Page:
Ya'akov sent messengers to his brother Eisav, to the land of Seir in the field of Edom. He instructed them saying, thus shall you say:[*] "To my lord Eisav, your servant Ya'akov says, 'I have lived ( גַּרְתִּי ) with Lavan until now..."Rashi comments: Another explanation: גַּרְתִּי has the numerical value of 613. That is to say: I lived with the wicked Laban, but I kept the 613 commandments, and I did not learn from his evil deeds.
A nice sentiment, but the way it's constructed is problematic. Even if we presume that Ya'kov had complete knowledge of the Torah that would not be revealed for another few hundred years, a great many of the 613 commandments can only be kept in the land of Israel. Others apply to priests only, or to farmers only, and so on. A shepherd living in exile, like Ya'akov, could not have kept all 613 commandments, so why is his claim presented in these terms?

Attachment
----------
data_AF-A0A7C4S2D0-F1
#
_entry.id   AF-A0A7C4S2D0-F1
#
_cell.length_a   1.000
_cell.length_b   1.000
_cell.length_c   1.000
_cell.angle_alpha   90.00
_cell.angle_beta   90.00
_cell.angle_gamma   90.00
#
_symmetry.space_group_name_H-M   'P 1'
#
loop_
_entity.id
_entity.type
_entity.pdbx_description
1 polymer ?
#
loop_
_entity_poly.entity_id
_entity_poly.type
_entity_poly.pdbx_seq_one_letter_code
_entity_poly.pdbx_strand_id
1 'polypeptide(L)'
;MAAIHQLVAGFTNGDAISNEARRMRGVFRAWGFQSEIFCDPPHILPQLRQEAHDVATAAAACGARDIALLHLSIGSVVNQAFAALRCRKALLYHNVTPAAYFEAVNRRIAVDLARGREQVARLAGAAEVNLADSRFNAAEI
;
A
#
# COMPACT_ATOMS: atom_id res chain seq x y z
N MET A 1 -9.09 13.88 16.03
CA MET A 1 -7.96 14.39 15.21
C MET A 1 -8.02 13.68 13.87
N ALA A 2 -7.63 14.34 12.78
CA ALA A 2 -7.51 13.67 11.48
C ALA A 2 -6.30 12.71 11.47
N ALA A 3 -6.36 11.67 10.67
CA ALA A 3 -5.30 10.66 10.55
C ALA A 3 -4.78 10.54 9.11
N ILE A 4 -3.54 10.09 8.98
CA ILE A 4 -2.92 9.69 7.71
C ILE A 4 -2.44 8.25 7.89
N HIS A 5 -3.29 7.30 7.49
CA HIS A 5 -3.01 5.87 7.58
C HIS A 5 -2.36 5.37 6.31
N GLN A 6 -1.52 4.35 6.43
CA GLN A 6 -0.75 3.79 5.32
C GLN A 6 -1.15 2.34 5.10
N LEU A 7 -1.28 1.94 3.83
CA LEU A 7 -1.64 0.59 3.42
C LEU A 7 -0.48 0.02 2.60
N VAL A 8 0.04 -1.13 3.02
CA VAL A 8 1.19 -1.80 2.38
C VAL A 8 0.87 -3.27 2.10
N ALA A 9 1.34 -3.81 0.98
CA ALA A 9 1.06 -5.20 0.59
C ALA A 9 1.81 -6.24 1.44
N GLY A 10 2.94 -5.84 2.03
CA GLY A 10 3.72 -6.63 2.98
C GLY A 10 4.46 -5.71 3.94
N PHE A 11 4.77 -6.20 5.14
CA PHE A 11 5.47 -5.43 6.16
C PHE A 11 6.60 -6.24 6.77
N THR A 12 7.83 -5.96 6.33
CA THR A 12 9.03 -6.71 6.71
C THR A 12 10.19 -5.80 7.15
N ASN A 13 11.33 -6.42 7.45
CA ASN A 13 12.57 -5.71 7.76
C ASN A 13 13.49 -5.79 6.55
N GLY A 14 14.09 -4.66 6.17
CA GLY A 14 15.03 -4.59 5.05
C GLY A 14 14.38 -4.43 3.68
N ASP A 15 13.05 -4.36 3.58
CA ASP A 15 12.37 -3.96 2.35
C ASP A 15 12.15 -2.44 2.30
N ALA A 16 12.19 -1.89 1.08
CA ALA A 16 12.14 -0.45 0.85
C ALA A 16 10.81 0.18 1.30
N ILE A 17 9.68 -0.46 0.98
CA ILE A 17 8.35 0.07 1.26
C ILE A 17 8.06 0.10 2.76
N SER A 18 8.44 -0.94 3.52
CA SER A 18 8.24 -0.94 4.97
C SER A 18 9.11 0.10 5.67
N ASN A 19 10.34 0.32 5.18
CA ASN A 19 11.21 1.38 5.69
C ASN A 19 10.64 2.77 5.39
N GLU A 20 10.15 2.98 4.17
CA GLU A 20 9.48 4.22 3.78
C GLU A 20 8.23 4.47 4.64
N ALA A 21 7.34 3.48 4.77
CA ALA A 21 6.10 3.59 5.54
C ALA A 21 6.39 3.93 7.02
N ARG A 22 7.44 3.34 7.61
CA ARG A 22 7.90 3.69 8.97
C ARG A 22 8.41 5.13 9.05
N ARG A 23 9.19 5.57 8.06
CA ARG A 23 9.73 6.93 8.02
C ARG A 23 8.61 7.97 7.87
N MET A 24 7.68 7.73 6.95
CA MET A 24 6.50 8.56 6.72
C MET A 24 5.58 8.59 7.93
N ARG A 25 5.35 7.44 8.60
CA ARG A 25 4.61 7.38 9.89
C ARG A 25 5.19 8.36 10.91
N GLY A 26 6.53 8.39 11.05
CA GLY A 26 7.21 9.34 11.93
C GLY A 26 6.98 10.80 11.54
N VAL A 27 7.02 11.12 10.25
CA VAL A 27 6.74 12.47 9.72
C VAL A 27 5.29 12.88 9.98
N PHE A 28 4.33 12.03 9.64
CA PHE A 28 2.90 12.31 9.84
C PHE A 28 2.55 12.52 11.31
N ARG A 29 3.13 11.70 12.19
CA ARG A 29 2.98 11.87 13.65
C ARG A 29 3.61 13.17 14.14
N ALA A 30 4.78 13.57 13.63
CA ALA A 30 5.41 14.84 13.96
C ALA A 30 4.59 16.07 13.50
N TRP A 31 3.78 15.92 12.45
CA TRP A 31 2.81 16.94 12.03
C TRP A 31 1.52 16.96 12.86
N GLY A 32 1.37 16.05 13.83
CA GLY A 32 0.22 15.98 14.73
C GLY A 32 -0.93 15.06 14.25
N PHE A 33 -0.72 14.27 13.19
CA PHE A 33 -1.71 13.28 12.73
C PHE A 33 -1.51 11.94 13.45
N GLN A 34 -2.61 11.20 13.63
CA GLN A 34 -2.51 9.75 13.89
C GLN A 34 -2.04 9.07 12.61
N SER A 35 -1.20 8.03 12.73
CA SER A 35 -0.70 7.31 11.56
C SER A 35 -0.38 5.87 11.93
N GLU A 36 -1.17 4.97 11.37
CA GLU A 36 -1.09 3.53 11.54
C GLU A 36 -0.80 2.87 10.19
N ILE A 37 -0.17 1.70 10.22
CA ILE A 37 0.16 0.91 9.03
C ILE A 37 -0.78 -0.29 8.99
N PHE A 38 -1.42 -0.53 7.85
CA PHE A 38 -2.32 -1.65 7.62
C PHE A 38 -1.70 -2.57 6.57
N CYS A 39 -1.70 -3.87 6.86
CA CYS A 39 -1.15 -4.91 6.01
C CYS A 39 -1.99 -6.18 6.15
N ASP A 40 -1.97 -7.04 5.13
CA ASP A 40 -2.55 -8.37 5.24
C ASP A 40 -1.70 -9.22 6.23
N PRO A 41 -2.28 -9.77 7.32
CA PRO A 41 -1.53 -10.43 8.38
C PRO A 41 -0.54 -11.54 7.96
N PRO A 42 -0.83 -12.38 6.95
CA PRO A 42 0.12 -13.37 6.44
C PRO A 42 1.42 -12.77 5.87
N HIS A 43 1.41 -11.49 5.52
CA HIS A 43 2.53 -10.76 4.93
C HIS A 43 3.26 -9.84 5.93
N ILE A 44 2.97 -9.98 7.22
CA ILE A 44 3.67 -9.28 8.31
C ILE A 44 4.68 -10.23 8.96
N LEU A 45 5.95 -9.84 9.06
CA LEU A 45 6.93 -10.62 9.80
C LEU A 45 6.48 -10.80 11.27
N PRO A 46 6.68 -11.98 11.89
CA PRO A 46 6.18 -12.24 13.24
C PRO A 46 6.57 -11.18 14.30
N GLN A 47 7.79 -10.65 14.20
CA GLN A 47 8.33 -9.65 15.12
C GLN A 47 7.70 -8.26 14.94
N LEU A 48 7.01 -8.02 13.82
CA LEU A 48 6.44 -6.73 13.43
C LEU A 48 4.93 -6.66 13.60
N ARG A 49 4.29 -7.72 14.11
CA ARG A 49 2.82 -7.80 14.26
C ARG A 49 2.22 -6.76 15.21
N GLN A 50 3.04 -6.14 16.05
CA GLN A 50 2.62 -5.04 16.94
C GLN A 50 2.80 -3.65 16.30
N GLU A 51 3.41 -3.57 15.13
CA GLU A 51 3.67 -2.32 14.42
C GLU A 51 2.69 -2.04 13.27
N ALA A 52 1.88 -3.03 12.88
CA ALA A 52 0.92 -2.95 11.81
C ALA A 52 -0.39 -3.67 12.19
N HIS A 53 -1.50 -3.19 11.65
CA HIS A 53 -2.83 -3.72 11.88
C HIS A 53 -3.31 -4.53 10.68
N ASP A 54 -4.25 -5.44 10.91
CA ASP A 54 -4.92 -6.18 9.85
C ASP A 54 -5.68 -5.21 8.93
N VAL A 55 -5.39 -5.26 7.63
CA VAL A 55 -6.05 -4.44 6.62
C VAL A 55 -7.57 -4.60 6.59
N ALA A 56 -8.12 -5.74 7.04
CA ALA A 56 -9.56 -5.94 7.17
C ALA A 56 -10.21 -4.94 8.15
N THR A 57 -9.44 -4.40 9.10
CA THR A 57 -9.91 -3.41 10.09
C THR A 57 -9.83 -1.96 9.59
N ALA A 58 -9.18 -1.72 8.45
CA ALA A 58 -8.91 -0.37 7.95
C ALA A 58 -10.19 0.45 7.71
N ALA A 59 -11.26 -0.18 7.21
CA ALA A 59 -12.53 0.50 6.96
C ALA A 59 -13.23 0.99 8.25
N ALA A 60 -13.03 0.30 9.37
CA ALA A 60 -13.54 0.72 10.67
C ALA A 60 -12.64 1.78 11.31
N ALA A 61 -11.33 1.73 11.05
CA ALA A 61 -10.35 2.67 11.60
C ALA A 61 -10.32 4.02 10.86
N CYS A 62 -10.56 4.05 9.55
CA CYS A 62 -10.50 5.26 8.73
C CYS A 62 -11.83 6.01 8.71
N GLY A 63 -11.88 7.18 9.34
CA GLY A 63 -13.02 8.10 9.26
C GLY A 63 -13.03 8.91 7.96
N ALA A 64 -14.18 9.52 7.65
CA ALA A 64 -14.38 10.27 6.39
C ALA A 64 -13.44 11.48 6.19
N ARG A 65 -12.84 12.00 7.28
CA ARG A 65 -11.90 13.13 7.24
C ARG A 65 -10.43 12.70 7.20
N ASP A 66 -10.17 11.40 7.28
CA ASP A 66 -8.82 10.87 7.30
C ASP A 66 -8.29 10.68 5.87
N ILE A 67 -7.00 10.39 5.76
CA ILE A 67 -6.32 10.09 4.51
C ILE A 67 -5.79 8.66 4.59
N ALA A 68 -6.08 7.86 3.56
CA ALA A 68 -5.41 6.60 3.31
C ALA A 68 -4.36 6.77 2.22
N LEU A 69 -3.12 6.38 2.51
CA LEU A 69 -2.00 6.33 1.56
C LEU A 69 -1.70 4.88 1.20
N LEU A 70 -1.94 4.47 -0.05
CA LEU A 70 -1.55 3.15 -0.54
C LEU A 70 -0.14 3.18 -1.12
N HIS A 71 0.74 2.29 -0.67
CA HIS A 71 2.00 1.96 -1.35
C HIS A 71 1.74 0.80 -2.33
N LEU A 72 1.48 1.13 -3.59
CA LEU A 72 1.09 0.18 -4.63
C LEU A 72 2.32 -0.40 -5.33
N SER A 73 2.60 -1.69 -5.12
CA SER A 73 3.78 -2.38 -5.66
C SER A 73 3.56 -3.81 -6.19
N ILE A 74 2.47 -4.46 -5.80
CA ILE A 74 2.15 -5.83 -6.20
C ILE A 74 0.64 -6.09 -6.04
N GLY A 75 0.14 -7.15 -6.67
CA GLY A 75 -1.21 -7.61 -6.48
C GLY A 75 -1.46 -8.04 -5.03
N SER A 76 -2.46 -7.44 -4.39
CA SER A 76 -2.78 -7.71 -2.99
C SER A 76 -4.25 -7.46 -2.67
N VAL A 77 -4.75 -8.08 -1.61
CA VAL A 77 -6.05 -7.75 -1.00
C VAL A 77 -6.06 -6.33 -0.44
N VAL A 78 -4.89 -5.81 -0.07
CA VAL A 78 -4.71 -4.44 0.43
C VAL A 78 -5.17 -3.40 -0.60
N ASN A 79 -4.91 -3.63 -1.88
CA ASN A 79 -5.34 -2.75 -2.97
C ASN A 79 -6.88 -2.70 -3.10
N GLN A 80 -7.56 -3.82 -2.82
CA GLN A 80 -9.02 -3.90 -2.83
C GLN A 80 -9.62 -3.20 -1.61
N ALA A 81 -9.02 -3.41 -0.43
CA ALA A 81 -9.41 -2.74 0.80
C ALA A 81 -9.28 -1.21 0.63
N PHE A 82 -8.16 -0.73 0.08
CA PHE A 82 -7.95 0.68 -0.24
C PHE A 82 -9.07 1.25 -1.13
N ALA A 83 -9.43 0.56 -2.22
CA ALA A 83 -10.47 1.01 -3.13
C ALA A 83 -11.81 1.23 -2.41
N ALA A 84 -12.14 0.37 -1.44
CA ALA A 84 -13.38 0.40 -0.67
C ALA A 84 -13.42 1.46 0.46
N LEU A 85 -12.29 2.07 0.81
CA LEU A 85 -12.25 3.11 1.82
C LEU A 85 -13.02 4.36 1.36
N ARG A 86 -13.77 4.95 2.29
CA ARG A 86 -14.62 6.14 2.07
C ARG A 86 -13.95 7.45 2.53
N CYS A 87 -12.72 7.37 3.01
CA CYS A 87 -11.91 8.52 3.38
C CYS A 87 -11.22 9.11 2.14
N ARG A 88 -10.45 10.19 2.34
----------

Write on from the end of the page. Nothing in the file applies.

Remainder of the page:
Update (per Rob's request)
No doubt Rashi knew that Yaakov could not have kept all 613 commandments, but the language he chose to use here has misled legions of school children. You don't have to try very hard to find adults who imagine that the words "im Lavan garti v'tarya mitzvot shomarti" appear in the text itself and the Ya'akov kept every commandment.
[*] The cantillation markings in the Masoretic text put the sentance this way: He instructed them saying, thus shall you say to my lord Eisav: "Your servant Ya'akov says..." However scholars have demonstrated "To my lord Eisav, your servant Ya'akov says..." precisely follows the formula of salutation of ancient near Eastern letters, and so must be part of the message.